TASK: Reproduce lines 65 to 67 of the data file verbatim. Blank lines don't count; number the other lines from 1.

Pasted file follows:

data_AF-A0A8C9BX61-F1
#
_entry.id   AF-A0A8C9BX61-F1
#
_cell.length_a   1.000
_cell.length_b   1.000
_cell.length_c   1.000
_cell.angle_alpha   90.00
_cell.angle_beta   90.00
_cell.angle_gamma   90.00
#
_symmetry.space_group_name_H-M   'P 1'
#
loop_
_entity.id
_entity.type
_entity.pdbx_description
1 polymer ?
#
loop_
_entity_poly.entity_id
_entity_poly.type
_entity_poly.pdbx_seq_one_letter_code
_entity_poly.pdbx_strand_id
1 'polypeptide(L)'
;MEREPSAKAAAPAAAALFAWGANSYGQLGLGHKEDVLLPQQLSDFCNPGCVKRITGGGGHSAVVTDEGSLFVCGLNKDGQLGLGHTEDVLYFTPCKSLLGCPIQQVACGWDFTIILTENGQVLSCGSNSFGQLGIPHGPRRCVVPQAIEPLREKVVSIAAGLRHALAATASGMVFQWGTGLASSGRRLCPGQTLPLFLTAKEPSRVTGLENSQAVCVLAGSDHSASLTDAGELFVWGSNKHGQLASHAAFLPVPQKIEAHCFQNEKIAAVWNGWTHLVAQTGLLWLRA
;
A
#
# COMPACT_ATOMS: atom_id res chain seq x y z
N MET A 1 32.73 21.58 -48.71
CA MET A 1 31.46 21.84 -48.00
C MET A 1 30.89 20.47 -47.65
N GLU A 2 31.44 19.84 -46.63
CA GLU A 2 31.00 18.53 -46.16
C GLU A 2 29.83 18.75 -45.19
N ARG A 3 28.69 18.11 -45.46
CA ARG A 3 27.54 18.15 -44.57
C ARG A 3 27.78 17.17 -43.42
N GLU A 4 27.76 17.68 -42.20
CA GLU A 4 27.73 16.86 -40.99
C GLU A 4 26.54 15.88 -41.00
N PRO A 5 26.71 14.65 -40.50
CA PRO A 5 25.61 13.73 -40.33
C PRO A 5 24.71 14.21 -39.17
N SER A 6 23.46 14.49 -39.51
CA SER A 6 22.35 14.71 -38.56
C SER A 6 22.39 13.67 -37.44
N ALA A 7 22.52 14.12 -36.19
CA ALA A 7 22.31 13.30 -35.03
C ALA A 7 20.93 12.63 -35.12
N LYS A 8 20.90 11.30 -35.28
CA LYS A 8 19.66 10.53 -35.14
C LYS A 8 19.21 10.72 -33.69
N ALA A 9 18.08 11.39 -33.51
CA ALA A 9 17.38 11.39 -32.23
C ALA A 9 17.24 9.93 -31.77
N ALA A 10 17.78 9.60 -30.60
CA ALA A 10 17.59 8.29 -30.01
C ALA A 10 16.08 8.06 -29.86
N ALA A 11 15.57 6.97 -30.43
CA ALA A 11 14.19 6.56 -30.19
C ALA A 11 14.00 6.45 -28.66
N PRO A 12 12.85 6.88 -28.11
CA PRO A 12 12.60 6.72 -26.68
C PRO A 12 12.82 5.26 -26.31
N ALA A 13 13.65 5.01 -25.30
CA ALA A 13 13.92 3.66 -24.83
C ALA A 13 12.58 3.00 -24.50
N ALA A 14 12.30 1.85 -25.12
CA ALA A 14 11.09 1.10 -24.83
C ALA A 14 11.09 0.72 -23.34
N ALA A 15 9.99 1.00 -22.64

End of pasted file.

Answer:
CA PRO A 12 12.60 6.72 -26.68
C PRO A 12 12.82 5.26 -26.31
N ALA A 13 13.65 5.01 -25.30